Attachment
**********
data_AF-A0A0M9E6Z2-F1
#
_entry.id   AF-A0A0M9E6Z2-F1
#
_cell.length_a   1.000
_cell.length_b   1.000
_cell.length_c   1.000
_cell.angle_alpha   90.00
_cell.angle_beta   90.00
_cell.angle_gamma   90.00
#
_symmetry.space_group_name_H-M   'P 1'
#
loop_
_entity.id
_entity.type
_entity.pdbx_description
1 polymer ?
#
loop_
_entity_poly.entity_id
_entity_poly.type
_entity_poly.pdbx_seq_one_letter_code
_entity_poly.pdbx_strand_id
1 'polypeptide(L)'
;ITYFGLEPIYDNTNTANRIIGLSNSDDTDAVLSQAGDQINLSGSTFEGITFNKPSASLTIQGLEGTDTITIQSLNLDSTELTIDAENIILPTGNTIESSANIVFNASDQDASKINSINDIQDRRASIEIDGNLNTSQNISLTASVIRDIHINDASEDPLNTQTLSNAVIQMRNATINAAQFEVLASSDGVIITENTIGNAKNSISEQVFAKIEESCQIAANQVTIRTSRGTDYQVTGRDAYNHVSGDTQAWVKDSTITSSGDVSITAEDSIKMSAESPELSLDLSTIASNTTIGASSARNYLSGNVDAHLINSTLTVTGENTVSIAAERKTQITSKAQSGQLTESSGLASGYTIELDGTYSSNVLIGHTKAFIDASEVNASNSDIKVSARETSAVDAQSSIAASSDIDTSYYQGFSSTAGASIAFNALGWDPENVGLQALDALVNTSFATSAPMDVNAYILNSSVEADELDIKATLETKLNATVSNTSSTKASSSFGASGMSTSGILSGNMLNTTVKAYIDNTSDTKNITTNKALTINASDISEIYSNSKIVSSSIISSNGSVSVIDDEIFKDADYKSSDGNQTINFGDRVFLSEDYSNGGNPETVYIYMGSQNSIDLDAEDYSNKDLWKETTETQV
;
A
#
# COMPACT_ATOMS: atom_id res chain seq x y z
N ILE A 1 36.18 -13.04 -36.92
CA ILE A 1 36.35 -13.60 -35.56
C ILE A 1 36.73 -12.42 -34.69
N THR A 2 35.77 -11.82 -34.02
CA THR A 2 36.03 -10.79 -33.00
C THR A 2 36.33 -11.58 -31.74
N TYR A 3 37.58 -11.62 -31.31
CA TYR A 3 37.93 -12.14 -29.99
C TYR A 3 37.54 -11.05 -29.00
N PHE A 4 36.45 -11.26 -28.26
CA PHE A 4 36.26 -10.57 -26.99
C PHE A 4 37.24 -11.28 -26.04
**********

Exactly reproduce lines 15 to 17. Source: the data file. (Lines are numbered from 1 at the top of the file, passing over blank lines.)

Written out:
_entity.id
_entity.type
_entity.pdbx_description